Pylons: Materials and construction

Let's go deeper into the grid and find out more about what makes a perfect pylon...

Hi guys! Marina Ventura here. 

Map App and I are on a mission to explore the WHAT, HOW and WHY about the pylons that help carry electricity from where it’s produced to where’s its needed. 

We want your help to come up with some cool designs for an electricity pylon of the future.

There’s lots to think about – it’s design, what it’s made of and how it’s built. So join us as we find out what makes a perfect pylon!

The British weather can be very varied, from beautiful warm sunny days to powerful storms. To withstand the weather, whatever it is, pylons need to be strong – very strong! 

So let’s dive into the nuts and bolts and find out about the materials that are used to make pylons and how they’re put together.

The first ever pylons

The very first pylons were made of wood, just like telephone poles.

In fact, early electrical engineers took some tips from telephone and telegraph networks not just copying their use of wooden poles, but also the types of fittings to connect the networks.

As we needed to zap electricity around at higher powers, further and faster – wood just couldn’t cut it.

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Enter steel, the superhero material that took over because it’s super strong!

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Here’s a twist – whilst steel is light and strong, which is great it’s also a great conductor of electricity.

That’s not what you want in a pylon that’s supposed to be holding up high-voltage cables without turning into a giant lightning rod!


To get around this problem, engineers use things called ‘insulators’ that are made of non-conducting materials like porcelain and glass to provide a safe buffer between the cables and the structures that carry them. 

Insulators are designed as discs that stack on top of each other – the more discs, the higher the voltage that can be carried!

Next time you see a pylon, count how many discs are in each stack – it can vary from 3 or 4 to over 20!

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Another thing we have to think about is how to build a pylon and safely connect the lines carrying thousands of volts.  Sounds a bit more risky than building a pylon out of Lego!

When building new pylons, the first thing to do is clear out vegetation along the route and then mark out where each pylon will be.  Normally they’re around 350 metres apart.  

That’s like three and a half football pitches!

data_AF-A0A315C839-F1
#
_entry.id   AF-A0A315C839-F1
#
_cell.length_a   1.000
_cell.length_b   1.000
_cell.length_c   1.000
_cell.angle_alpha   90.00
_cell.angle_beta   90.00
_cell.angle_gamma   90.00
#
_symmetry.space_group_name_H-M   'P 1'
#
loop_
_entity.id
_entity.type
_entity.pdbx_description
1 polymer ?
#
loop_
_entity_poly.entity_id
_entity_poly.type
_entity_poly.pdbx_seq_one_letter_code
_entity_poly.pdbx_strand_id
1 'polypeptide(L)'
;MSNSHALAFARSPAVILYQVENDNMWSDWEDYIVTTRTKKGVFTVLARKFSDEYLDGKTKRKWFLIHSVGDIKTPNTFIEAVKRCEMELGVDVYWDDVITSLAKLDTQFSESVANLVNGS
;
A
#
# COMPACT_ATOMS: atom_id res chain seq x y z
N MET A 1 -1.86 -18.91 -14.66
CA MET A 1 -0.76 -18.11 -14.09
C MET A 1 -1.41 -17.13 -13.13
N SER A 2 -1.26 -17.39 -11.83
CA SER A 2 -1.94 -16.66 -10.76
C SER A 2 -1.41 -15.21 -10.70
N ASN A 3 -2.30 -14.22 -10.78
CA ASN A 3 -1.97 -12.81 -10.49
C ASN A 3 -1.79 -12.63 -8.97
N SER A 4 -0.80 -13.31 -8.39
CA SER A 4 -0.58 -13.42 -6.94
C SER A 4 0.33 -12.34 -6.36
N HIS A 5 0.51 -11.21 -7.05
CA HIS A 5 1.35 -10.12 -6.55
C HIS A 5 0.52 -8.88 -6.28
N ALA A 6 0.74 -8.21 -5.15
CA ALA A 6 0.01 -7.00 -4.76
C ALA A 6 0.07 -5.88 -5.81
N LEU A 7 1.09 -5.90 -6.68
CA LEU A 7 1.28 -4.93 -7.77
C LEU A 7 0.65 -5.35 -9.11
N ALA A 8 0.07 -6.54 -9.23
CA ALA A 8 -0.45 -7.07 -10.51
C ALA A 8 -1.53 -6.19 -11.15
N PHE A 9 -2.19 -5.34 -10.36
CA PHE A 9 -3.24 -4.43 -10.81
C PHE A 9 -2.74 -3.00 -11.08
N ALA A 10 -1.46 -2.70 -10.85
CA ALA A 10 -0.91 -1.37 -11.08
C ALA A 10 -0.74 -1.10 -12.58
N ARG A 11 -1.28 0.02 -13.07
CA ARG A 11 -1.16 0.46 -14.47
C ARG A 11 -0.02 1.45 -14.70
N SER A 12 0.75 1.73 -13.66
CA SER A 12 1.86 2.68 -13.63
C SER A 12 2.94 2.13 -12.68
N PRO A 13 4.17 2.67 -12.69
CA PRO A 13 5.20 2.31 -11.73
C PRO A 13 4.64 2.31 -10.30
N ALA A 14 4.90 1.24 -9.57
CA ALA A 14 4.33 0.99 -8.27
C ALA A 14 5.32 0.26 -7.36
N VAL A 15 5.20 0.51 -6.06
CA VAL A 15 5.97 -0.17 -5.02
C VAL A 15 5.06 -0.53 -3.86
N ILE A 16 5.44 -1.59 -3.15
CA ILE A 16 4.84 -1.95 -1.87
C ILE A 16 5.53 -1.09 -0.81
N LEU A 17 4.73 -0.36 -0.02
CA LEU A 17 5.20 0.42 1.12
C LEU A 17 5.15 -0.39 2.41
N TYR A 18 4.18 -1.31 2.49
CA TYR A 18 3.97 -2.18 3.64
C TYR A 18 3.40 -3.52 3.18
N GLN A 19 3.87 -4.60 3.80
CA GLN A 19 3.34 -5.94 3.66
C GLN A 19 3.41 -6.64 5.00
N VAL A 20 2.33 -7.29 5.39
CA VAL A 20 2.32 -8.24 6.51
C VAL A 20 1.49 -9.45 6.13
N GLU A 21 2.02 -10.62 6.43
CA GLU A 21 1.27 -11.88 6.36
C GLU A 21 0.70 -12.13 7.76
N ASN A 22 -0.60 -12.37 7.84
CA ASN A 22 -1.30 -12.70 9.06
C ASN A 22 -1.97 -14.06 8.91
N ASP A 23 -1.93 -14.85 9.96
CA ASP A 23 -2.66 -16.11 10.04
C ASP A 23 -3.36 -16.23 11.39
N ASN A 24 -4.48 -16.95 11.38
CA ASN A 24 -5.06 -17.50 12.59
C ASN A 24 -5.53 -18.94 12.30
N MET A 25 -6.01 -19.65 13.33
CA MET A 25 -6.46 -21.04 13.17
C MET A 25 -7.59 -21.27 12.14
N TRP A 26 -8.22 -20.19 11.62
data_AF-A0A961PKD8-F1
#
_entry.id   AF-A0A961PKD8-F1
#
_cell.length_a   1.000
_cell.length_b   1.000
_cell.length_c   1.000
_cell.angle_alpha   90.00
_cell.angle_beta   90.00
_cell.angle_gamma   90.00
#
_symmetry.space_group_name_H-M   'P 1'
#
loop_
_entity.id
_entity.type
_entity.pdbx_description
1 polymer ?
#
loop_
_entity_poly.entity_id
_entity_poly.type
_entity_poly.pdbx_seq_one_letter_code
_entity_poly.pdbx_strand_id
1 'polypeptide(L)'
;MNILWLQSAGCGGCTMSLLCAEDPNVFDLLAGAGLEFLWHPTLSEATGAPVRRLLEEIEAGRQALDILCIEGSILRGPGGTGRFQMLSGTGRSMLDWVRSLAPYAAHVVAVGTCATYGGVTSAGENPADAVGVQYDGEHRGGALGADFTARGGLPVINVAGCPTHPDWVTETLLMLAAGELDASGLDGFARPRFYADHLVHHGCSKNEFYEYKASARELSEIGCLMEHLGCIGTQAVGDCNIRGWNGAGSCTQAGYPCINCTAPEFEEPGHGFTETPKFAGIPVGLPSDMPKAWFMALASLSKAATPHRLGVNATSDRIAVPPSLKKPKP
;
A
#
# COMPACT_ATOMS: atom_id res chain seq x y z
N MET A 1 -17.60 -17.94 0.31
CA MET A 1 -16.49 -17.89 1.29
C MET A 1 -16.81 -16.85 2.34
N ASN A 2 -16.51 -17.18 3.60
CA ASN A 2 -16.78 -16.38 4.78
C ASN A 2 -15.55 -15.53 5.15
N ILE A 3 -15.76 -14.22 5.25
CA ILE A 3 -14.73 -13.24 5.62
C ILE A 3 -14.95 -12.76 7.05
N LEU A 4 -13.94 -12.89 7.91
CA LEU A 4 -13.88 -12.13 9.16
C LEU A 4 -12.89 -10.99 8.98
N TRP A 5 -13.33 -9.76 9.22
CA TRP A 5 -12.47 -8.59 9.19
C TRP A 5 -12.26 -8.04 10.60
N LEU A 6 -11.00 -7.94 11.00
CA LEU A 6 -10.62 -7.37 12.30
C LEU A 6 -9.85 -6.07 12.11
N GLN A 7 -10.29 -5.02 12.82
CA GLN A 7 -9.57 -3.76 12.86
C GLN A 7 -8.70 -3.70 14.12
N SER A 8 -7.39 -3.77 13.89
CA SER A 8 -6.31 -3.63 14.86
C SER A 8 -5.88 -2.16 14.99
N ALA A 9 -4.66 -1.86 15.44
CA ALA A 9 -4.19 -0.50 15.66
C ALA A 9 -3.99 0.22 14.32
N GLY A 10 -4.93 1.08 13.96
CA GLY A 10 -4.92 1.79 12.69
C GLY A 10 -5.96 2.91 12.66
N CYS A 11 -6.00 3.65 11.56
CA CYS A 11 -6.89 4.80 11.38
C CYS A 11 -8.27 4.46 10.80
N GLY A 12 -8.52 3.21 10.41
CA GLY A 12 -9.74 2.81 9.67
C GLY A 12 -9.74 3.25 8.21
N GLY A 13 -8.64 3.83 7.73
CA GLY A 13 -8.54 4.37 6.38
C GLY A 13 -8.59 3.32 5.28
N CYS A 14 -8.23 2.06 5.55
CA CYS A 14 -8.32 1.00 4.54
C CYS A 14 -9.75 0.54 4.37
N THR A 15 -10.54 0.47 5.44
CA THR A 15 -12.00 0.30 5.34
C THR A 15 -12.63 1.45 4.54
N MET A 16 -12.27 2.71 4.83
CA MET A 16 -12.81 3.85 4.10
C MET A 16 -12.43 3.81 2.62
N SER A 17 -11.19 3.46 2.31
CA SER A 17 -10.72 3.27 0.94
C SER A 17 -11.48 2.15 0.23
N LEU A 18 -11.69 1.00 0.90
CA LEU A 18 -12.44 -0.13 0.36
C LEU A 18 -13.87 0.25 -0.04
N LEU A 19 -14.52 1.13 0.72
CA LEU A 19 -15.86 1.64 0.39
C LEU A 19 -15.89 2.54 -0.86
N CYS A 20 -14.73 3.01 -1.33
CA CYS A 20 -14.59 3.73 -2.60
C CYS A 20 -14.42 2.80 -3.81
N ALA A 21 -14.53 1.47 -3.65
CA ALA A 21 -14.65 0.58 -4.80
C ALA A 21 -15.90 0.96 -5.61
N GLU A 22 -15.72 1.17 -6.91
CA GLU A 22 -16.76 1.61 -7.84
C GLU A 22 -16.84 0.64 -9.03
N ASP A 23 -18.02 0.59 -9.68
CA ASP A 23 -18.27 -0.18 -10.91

Foundations then need to be dug, with massive concrete pillars drilled into the ground, topped off with reinforced concrete to keep the pylons standing tall. 

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It’s important that pylons are extremely steady because if one was to fall over, those high voltage cables could hurt people and wildlife, as well as damage buildings.

So foundations are in – let’s get building!


Building a pylon itself is like assembling a giant 3D puzzle.

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All the various parts of a pylon are made off-site and brought to site on large lorries. Those parts are partially assembled on the ground, using giant nuts and bolts. 

The number of sections varies according to the size and type of pylon. Then with the help of cranes, they’re hoisted into place. It’s a bit like watching a construction ballet.


Once each pylon is constructed, next up is connecting the wires.

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This is called ‘stringing’. The cables arrive on giant drums, 2.5m high and weighing up to 7.5 tonnes.  Using steel braided ropes, engineers pull them from one pylon to the next using hefty machinery. It can take around two weeks to string each section.

Extra strong ‘terminal’ towers are located at each end of the route, whilst along the route, tension towers are used if the cables need to be realigned to point in another direction.

What about if the new cables have to cross a road? You don’t want to stop the traffic.

Whenever cables cross roads or rivers, scaffolding and safety nets are erected to keep everyone safe.  Traffic management systems might also be used.

So that’s the lowdown on how pylons are built. Making sure electricity gets to light up our homes, charge our devices and more, all without us having to think twice about it.

It’s time to design

We want YOU to help come up with some cool designs for pylons of the future! And you might win a £100 Lego voucher, so get ready.

Why not get scribbling and start your design for a pylon of the future.

Have a think about some of the important things to consider – what materials will it use, how they’ll be built strong and long-lasting. 

Closing date for submissions is 26th August 2024.

We can’t wait to see your ideas!

Marina Ventura Energy Explorer is made with support from Grid for Good by the National Grid.

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